“Even if you can dismiss 99% of his subtle insults, that last 1% slowly builds up, day after day, until you’re completely crushed under the weight of the chides, tsks, and sighs. Until one day you wake up and discover that you believe him. You’re not worthy of his love. You’re not worthy of having a partner who doesn’t expect you to walk one step behind him.”
9/23/14 webpage post
Emotional abuse is real, and it is often invisible outside of the relationship. You never know what someone might be going through, and the scars last long after the abuse is over. I have more to say on this subject, but this post is already getting really long. I will follow-up later this week.
“In the past I don’t think I have expressed my opinions as freely as I should have. Before now I have felt intimidated by opinionated people and rarely did I oppose them for that reason. Everyone should be able to say what they think, but in a way that does not degrade any particular person for their beliefs.”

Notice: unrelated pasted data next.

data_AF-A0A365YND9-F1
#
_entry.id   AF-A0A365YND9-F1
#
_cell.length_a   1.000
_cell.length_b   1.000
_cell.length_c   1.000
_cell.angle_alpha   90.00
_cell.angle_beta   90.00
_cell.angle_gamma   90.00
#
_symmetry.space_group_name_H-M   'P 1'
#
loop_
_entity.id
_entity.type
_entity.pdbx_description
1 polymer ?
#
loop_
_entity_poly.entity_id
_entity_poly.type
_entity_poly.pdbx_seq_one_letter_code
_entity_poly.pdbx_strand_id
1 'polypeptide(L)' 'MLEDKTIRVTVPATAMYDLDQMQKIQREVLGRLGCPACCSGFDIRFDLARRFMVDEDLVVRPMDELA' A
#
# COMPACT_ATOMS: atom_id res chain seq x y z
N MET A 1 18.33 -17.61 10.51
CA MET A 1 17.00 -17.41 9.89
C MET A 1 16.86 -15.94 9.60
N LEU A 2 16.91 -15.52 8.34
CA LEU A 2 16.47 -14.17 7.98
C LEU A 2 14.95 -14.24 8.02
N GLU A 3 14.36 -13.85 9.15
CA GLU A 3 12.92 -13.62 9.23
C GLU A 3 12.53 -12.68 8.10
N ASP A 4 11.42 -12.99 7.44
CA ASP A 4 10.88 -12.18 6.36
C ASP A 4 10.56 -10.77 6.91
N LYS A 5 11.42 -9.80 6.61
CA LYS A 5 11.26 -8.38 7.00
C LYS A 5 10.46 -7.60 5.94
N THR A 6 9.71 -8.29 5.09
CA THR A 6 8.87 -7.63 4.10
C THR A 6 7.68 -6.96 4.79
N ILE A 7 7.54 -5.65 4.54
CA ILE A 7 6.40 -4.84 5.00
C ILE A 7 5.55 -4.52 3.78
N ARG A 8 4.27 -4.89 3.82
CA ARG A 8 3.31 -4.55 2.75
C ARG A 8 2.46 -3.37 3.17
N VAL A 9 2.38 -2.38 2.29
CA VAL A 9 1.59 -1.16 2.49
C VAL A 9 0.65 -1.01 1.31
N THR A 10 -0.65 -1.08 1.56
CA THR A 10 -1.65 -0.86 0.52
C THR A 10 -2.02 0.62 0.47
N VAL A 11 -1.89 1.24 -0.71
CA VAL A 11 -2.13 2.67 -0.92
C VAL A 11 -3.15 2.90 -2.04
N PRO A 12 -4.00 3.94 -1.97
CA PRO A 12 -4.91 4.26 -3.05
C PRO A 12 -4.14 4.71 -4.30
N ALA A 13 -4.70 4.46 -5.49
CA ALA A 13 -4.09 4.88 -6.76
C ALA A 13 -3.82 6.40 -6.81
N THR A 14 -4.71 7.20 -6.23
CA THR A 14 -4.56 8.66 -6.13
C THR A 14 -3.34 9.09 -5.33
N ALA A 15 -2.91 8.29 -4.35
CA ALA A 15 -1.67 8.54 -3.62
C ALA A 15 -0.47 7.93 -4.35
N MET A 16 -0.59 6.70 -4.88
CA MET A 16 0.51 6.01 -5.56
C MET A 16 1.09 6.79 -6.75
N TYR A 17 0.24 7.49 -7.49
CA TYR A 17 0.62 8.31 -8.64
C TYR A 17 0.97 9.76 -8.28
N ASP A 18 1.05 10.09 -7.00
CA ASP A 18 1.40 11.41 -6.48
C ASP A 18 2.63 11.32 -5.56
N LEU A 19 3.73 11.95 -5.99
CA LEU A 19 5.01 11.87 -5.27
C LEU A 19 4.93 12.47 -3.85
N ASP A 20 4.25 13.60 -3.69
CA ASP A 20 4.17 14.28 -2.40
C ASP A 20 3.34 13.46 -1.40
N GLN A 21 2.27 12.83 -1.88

5/19/99 webpage post
I was reading my very first webpage post from 5/19/99 the other day and I was struck by the above excerpt. It’s remarkably wise for my immature and inexperienced twenty year-old self. I’m pretty sure I talked a big talk, but didn’t live up to it in real life. Even so, my thinking was on the right track at a young age. Unfortunately I met my ex-husband a couple of years later and over the course of our eleven year relationship I was groomed to keep any displeasure to myself. I’ve written about emotional abuse in my marriage before and this was another aspect of it. Anytime I expressed unhappiness I was somehow persuaded into thinking that everything was my fault and that I should fix the problem on my own (whether or not I caused it) and keep quiet about it. It was a real step backwards in my personal development. Eventually I came to the miraculous realization I that I didn’t need to live that way! I rescued myself from that toxic relationship and a lifetime of misery with someone who didn’t respect me.